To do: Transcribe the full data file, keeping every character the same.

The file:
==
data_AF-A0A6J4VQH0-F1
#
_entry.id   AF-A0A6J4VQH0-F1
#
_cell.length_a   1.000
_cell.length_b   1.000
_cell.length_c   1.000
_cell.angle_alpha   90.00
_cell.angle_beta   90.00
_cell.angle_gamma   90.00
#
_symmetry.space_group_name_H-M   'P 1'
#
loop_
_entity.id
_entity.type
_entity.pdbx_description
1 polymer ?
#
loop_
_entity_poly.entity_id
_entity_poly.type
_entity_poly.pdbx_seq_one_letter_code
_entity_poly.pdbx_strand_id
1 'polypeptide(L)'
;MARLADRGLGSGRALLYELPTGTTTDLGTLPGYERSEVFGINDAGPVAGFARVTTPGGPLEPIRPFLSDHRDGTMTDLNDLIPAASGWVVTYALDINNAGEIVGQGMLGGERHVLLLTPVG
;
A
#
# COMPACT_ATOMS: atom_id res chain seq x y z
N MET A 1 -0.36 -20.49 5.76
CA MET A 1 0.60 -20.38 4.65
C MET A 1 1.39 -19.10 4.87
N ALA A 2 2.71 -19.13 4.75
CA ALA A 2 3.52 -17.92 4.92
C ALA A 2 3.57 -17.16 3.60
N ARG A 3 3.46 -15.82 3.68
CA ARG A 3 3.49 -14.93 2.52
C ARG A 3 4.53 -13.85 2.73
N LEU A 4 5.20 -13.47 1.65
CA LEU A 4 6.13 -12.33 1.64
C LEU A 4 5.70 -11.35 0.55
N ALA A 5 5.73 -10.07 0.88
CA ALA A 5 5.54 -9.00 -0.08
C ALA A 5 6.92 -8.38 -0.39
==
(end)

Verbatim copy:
data_AF-A0A6J4VQH0-F1
#
_entry.id   AF-A0A6J4VQH0-F1
#
_cell.length_a   1.000
_cell.length_b   1.000
_cell.length_c   1.000
_cell.angle_alpha   90.00
_cell.angle_beta   90.00
_cell.angle_gamma   90.00
#
_symmetry.space_group_name_H-M   'P 1'
#
loop_
_entity.id
_entity.type
_entity.pdbx_description
1 polymer ?
#
loop_
_entity_poly.entity_id
_entity_poly.type
_entity_poly.pdbx_seq_one_letter_code
_entity_poly.pdbx_strand_id
1 'polypeptide(L)'
;MARLADRGLGSGRALLYELPTGTTTDLGTLPGYERSEVFGINDAGPVAGFARVTTPGGPLEPIRPFLSDHRDGTMTDLNDLIPAASGWVVTYALDINNAGEIVGQGMLGGERHVLLLTPVG
;
A
#
# COMPACT_ATOMS: atom_id res chain seq x y z
N MET A 1 -0.36 -20.49 5.76
CA MET A 1 0.60 -20.38 4.65
C MET A 1 1.39 -19.10 4.87
N ALA A 2 2.71 -19.13 4.75
CA ALA A 2 3.52 -17.92 4.92
C ALA A 2 3.57 -17.16 3.60
N ARG A 3 3.46 -15.82 3.68
CA ARG A 3 3.49 -14.93 2.52
C ARG A 3 4.53 -13.85 2.73
N LEU A 4 5.20 -13.47 1.65
CA LEU A 4 6.13 -12.33 1.64
C LEU A 4 5.70 -11.35 0.55
N ALA A 5 5.73 -10.07 0.88
CA ALA A 5 5.54 -9.00 -0.08
C ALA A 5 6.92 -8.38 -0.39